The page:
“The corps?” Curry asked skeptically. “You don’t look like a military man.”
Volstead chuckled. “Good lord, no one could conceivably make that error. The corps I am a member of is the press corps. I am a member of that noble institution that brings forth the brilliant beacon of truth to shine across our nation. I am, most humbly, the chief investigative reporter of The Daily.”
“You’re a reporter from New York? What are ya doin’ out here?”
“I have been sent forth to ferret out the truth in what can only be described as the most sensational story of the century, one that has created a surge of feelings, a foment of strong opinions, and, hopefully, enough material to provide an excellent income for a number of weeks.”
Heyes and Curry exchanged puzzled smiles.
Heyes, apparently intrigued, asked, “Ah, and that would be?”
“Merely the murder of Hiram Billingsworth.”
“Who?” asked the Kid.
“You haven’t heard of Hiram Billingsworth? The copper magnate? He only owns, that is owned, some of the biggest mines this side of the Mississippi. He was found dead in his study, crumpled over, features displaying the fearful agony of his last moments, in a most interesting and artistic manner, no doubt. And why was he murdered, you ask? For greed, that most venal of the seven deadly sins. Not his avarice, mind you, no, I refer to the greed of the well-known, patent medicinal maker, Rufus Barrymore, creator of Barrymore’s Cure for the overindulgence of alcohol, morphine, and other terrible substances that lure and trap the unwary into a life of degradation, and slavery to their basest natures. Poor man, Billingsworth, murdered by that which he believed would save him from the perdition of inebriation, etc. etc. Well, that is how it shall read in The Daily, at any rate.”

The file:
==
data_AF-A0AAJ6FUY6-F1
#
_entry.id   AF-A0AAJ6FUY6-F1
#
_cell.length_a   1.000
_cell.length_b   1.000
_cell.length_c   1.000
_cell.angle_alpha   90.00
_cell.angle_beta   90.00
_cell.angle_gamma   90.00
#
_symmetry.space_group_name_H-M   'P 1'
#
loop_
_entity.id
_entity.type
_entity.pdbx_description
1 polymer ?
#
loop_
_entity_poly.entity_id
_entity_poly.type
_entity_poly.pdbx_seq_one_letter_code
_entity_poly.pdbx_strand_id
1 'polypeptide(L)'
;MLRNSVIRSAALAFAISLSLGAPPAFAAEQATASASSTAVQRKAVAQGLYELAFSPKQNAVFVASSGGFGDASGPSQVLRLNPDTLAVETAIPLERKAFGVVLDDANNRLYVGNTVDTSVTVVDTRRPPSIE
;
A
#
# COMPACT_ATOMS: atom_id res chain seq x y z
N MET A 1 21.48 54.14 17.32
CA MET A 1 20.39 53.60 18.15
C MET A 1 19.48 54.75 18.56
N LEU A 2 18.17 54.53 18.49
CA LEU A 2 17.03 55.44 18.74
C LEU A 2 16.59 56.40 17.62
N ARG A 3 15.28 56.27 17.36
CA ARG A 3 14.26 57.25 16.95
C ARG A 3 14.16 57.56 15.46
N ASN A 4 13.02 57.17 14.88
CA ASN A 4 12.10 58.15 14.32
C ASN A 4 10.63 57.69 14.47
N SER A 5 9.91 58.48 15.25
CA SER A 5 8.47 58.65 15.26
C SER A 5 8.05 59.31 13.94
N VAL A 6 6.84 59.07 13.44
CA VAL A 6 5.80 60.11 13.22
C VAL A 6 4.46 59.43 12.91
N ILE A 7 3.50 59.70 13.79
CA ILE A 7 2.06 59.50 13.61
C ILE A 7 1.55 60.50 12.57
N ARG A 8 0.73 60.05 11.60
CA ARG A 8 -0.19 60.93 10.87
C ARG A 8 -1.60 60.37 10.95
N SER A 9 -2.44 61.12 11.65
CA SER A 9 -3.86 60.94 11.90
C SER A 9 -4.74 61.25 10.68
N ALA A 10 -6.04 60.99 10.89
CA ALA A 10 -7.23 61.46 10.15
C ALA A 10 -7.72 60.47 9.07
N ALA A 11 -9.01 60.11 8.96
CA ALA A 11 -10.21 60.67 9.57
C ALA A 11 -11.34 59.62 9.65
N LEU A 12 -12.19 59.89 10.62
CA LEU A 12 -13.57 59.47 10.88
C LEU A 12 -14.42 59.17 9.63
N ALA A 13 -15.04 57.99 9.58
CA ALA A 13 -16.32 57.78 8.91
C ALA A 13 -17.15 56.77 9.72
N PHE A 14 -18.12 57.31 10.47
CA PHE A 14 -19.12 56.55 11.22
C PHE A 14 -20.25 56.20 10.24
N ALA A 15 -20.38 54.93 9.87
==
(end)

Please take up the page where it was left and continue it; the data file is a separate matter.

“Wait, I read in the newspapers out here about Billingsworth’s death,” interjected Heyes. “Isn’t calling it murder a bit of an exaggeration? No one actually broke into his home and shot or stabbed him, and to say he was poisoned stretches the point a bit. I mean hundreds of folks have taken Barrymore’s Cure without any ill effects, much less dropping down dead, at least according to The Denver Tribune. The Tribune may not be the New York Daily, but its pretty reliable. Maybe Billingsworth died from apoplexy or something.”
“Nonsense! The Denver Tribune, really. My dear man, you cannot place any credence in an unsophisticated rag like that. No, the owner of The Daily is adamantly of the opinion that Billingsworth was poisoned. A man must be able take medicine with entire and complete confidence that his health will be improved, much less that he is in no danger, otherwise he is as good as poisoned. The Daily must articulate to the average man the dangers of patent medicinals, and rouse the people to take action. We must awaken the powers that be; force the government to regulate these greedy abusers of a credulous populace…”
The Kid cut in, “Don’t you think people can figure out for themselves if this cure is gonna do them any good or not?”
“Possibly, but what would be the advantage to that? Where would be the story for The Daily?” Volstead responded with a wink.
Heyes smiled wryly. “What I’m hearing is that the owner of The Daily knows Barrymore’s Cure is a big successful business, and that a prominent and rich man died while he was taking that cure, and that if the medicine is implicated it makes big news.”